Speed Test: Measuring Critical Infrastructure for Coronavirus-related Congestion
We propose to orchestrate multiple speed tests across critical paths from the cloud to test servers inside access ISPs, obtain lists of available speed test servers in the US, and then execute speed tests from cloud instances using automated headless browser scripts.
Principal Investigators: Ka Pui Mok kc claffy
Funding source: NSF CNS-2028506 Period of performance: April 27, 2020 - October 31, 2020.
The latest COVID-19 pandemic dramatically shifted the mode of in-person jobs and traditional schooling to remote working and online education. Teleconferencing tools (e.g., Zoom, Google Hangout Meet, Microsoft Teams) and learning management platforms (e.g., Canvas and Desire2Learn) play important roles in facilitating communication between co-workers, and delivery of course materials and video lectures. These tools heavily rely on cloud infrastructures to transport high-bandwidth video and audio flows. Empirically grounded understanding of the health and performance of Internet infrastructures – including how ISPs connect to each other and to the cloud – is critical for enabling and maintaining effective telecommuting and tele-education.
Scientific measurement of Internet performance is persistently challenging. Over the past decade, researchers and commercial companies have deployed infrastructures to measure network throughput as a performancemetric. Web-based speed tests, e.g., Ookla, are popular among end-users to diagnose slow broadband connections, and to validate whether they can achieve the ISPs advertised speed. Other third-party test platforms, such as M-Lab and Speedof.me, use servers connected to IXPs and Content Delivery Networks (CDNs). Some ISPs (e.g., Comcast, Verizon, and Google Fiber) and content providers (e.g., Netflix) host their own speed test platforms to facilitate measurements for their customers. Unfortunately, these web-based tests only measure throughput at the edge or over a small segment of the path. In particular, these measurements do not represent the actual quality of service of cloud-based applications.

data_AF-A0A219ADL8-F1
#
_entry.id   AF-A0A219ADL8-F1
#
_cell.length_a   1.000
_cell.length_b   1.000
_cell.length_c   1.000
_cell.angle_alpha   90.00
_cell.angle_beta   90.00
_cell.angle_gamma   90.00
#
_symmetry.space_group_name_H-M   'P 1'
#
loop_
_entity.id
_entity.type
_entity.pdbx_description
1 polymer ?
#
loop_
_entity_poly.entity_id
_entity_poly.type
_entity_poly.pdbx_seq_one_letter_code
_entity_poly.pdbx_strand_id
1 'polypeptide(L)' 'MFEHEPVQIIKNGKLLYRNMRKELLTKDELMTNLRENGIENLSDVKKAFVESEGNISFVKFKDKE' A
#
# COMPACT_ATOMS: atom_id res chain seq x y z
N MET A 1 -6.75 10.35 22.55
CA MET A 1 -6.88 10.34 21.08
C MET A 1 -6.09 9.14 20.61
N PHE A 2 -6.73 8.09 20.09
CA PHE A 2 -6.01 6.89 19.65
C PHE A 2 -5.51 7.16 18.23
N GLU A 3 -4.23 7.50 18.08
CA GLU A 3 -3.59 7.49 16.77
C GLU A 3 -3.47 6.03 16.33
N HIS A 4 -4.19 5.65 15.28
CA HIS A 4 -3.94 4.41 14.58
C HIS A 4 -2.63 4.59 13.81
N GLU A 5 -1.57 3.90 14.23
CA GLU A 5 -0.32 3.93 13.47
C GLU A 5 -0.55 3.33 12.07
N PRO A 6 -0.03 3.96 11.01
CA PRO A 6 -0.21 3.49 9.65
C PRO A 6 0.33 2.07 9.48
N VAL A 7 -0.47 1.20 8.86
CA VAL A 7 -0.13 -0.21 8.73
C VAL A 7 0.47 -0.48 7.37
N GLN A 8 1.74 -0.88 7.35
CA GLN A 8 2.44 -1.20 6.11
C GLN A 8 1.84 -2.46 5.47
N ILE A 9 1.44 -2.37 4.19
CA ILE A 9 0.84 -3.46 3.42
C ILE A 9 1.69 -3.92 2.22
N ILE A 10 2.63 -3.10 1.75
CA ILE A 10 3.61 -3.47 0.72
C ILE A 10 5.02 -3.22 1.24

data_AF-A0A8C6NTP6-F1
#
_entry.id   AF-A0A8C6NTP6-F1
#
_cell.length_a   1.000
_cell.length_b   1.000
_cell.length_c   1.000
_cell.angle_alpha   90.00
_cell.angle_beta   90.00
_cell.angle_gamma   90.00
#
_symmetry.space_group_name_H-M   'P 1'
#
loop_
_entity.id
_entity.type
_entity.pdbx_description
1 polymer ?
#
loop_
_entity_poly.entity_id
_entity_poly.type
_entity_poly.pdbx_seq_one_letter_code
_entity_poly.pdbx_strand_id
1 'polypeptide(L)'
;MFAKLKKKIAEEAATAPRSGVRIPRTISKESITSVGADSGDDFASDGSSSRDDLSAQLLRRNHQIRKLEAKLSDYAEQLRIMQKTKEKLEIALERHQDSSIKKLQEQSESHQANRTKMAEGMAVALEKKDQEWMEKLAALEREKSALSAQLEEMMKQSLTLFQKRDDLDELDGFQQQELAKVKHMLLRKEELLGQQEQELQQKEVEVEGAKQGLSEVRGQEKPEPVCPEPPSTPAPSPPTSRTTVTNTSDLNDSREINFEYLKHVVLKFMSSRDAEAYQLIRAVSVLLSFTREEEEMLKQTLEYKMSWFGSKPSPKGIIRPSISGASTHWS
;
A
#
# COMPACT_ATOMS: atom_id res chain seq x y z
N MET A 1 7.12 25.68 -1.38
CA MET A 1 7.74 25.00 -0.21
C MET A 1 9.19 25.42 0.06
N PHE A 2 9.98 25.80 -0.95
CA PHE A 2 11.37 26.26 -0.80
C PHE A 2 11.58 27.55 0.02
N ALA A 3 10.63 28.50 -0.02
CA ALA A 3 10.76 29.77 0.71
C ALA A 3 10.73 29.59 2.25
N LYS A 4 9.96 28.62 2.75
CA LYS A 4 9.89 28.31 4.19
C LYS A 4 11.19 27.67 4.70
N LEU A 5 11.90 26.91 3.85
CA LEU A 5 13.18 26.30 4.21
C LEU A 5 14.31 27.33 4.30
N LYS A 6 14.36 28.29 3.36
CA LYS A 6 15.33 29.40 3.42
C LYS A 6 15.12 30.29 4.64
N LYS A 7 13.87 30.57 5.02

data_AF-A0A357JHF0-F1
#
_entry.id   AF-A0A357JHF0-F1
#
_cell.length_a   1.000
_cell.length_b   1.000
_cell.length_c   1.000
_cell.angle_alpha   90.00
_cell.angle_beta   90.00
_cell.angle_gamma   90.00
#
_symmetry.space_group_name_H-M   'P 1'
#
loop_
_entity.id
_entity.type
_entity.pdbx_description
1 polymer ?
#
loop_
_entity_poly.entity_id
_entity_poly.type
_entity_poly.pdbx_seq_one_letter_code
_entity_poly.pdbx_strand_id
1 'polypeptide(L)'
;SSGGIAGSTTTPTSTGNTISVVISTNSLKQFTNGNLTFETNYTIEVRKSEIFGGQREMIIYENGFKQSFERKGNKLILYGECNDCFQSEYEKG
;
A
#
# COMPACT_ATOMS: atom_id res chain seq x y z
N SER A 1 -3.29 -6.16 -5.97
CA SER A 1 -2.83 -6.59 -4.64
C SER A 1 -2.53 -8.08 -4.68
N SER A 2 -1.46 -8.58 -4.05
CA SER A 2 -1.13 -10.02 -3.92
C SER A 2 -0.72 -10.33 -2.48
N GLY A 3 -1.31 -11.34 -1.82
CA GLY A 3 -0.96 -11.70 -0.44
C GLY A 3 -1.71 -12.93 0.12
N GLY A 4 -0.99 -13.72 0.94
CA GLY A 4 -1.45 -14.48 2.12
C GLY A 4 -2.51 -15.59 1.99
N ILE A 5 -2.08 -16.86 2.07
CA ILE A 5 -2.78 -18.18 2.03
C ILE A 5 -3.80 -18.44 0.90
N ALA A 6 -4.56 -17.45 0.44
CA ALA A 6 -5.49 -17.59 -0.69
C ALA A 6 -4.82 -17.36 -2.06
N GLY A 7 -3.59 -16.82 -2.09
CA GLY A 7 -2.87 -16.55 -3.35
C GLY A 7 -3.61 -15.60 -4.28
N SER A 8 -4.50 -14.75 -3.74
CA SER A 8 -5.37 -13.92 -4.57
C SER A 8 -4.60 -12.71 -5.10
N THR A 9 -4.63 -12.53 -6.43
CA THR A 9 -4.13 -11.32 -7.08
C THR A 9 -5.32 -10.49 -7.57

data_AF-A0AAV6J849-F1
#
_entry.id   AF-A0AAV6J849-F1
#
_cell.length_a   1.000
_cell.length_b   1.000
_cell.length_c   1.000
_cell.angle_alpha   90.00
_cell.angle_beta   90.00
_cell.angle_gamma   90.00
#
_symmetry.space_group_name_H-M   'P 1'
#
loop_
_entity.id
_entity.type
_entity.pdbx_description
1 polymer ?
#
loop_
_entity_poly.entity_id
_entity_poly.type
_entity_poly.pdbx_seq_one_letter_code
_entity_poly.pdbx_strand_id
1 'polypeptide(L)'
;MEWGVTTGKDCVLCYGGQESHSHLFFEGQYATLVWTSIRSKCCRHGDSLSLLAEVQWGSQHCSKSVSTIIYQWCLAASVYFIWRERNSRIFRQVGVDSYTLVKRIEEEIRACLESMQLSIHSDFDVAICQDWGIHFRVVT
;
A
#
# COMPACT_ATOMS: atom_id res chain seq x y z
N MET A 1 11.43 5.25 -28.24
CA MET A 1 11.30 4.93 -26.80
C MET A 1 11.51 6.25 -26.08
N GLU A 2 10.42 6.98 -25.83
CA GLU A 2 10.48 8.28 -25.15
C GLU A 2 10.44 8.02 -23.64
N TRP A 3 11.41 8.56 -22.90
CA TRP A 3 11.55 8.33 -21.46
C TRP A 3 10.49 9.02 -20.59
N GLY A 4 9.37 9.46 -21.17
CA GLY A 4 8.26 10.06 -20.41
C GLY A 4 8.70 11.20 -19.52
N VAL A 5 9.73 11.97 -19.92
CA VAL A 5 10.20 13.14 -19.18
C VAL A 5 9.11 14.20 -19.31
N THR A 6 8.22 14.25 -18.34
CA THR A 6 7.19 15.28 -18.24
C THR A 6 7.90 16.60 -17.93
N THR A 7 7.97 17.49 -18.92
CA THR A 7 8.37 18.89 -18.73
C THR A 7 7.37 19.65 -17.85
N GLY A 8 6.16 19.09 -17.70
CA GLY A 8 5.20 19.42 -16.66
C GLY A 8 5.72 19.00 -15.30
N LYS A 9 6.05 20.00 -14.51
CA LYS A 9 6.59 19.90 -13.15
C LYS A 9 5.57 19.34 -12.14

We propose to fill this gap by orchestrating multiple speed tests across the now-critical paths – from the cloud to test servers inside access ISPs. We will dissect our initial tests to obtain lists of available speed test servers in the US.We will then execute speed tests from cloud instances using automated headless browser scripts.
The proposal “Speed Test: Measuring Critical Infrastructure for Coronavirus-related Congestion”.